Standing against oppression is key in light of the 2016 election

R. Gray
Opinion Staff Writer
rgray1@unca.edu

The night of the election was one of the most horrifying things I have had the misfortune of witnessing in my lifetime. Nothing is more harrowing than watching someone openly bigoted slowly and surely become the next leader of the U.S.

I voted and it was not enough. There was nothing I could do but watch helplessly as the election tipped in Donald Trump’s favor. I do not know what is worse: watching it happen or being one of many who went to bed and woke up to their safety being more uncertain than ever.
The problem is not just Trump but the chain reaction resulting from his rise to power. The people who voted for him — his supporters, people who hate minorities — they all see his success and believe there are no consequences for being openly hateful.

They are no longer afraid to oppress, suppress and intimidate. They see him and they see their hateful stances justified. They see him and they see half of America agreeing with them. Hate crimes are bound to rise because of this. It happened with Brexit and it will most certainly happen here.

I watched my friends break down uncertain of their future, afraid of leaving their homes the following day. I heard my friends talk about how their parents were crying, afraid of being in a country that was once an escape.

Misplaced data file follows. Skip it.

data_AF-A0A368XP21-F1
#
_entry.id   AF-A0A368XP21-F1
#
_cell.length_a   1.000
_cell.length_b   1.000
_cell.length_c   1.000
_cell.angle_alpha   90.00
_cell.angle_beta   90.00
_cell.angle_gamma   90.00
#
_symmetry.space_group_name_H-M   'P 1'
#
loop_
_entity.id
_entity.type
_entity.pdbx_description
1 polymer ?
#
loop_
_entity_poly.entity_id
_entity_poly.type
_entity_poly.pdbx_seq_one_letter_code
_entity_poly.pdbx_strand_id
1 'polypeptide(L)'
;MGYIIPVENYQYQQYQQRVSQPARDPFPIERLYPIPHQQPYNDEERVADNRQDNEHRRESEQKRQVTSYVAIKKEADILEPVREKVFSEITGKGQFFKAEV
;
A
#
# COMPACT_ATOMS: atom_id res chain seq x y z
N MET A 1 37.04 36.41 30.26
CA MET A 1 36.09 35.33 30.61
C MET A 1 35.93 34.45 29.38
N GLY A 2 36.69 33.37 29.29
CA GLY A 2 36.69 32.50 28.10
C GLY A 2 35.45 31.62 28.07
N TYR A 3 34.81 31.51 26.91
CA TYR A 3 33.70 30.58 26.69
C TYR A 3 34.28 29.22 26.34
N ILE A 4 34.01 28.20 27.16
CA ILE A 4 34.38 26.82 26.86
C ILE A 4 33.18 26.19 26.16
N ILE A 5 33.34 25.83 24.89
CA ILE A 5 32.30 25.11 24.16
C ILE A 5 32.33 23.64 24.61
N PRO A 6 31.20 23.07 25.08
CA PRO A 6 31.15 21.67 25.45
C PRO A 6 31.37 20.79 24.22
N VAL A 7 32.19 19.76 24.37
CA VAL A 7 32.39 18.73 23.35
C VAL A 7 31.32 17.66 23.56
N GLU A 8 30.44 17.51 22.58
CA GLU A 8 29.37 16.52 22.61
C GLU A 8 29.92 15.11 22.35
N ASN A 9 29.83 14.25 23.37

I got to face the dawning realization half of America wants me, my friends and people like us, dead. I should not be afraid to exist. My friends should not be afraid to exist. People of color, LGBTQ+ people, people with disabilities and health problems should not be afraid to exist.

People crying out in fear and despair should not ever be the reaction following an election. The fact this reaction was commonplace once Trump was elected should be telling.

None of this means our fight is over. It means we have to fight louder and harder to make ourselves be heard. It means we have to make every step of the way hell for the people who would oppress us. It means we have to step up for others. It means keeping each other safe in the days ahead. It means listening to people who lack the same privileges we may have, and we must keep intersectionality in mind during our struggle.

If we do not fight for change, nothing will change and things will likely get worse. We should not have to fight for our own safety, but that is how it has to be until the day comes where we no longer have to. We have to fight for ourselves, and we have to fight for our future and for the future of the next generation.

In his book, La Famille, Père Hyacinthe writes, “These trees which he plants and under whose shade he shall never sit, he loves them for themselves and for the sake of his children and his children’s children, who are to sit beneath the shadow of their spreading boughs.” Meaning while we may never see the fruits of our labor, future generations will. That alone is more than worth it. The future is worth fighting for, if only to ensure everyone who comes after us get to live in better circumstances.

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